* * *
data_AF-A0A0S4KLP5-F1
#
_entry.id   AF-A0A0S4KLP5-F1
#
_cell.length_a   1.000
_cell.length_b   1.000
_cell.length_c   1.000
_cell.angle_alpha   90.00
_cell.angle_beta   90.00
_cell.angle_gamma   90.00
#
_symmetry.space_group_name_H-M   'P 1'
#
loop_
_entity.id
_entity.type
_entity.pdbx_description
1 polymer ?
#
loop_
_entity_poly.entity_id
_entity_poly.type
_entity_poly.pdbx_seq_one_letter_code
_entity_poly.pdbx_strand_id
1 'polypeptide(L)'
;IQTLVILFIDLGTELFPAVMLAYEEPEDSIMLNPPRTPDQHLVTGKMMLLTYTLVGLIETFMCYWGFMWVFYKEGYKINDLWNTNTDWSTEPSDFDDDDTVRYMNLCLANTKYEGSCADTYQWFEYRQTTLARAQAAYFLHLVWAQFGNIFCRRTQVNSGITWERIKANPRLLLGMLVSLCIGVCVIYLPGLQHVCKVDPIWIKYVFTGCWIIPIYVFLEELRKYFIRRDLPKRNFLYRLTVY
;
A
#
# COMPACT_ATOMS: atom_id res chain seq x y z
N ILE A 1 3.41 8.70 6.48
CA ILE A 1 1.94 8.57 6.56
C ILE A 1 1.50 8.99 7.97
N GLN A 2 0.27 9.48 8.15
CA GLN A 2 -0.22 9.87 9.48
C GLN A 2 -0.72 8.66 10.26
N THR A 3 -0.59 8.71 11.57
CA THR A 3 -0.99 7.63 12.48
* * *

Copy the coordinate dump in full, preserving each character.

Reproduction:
data_AF-A0A0S4KLP5-F1
#
_entry.id   AF-A0A0S4KLP5-F1
#
_cell.length_a   1.000
_cell.length_b   1.000
_cell.length_c   1.000
_cell.angle_alpha   90.00
_cell.angle_beta   90.00
_cell.angle_gamma   90.00
#
_symmetry.space_group_name_H-M   'P 1'
#
loop_
_entity.id
_entity.type
_entity.pdbx_description
1 polymer ?
#
loop_
_entity_poly.entity_id
_entity_poly.type
_entity_poly.pdbx_seq_one_letter_code
_entity_poly.pdbx_strand_id
1 'polypeptide(L)'
;IQTLVILFIDLGTELFPAVMLAYEEPEDSIMLNPPRTPDQHLVTGKMMLLTYTLVGLIETFMCYWGFMWVFYKEGYKINDLWNTNTDWSTEPSDFDDDDTVRYMNLCLANTKYEGSCADTYQWFEYRQTTLARAQAAYFLHLVWAQFGNIFCRRTQVNSGITWERIKANPRLLLGMLVSLCIGVCVIYLPGLQHVCKVDPIWIKYVFTGCWIIPIYVFLEELRKYFIRRDLPKRNFLYRLTVY
;
A
#
# COMPACT_ATOMS: atom_id res chain seq x y z
N ILE A 1 3.41 8.70 6.48
CA ILE A 1 1.94 8.57 6.56
C ILE A 1 1.50 8.99 7.97
N GLN A 2 0.27 9.48 8.15
CA GLN A 2 -0.22 9.87 9.48
C GLN A 2 -0.72 8.66 10.26
N THR A 3 -0.59 8.71 11.57
CA THR A 3 -0.99 7.63 12.48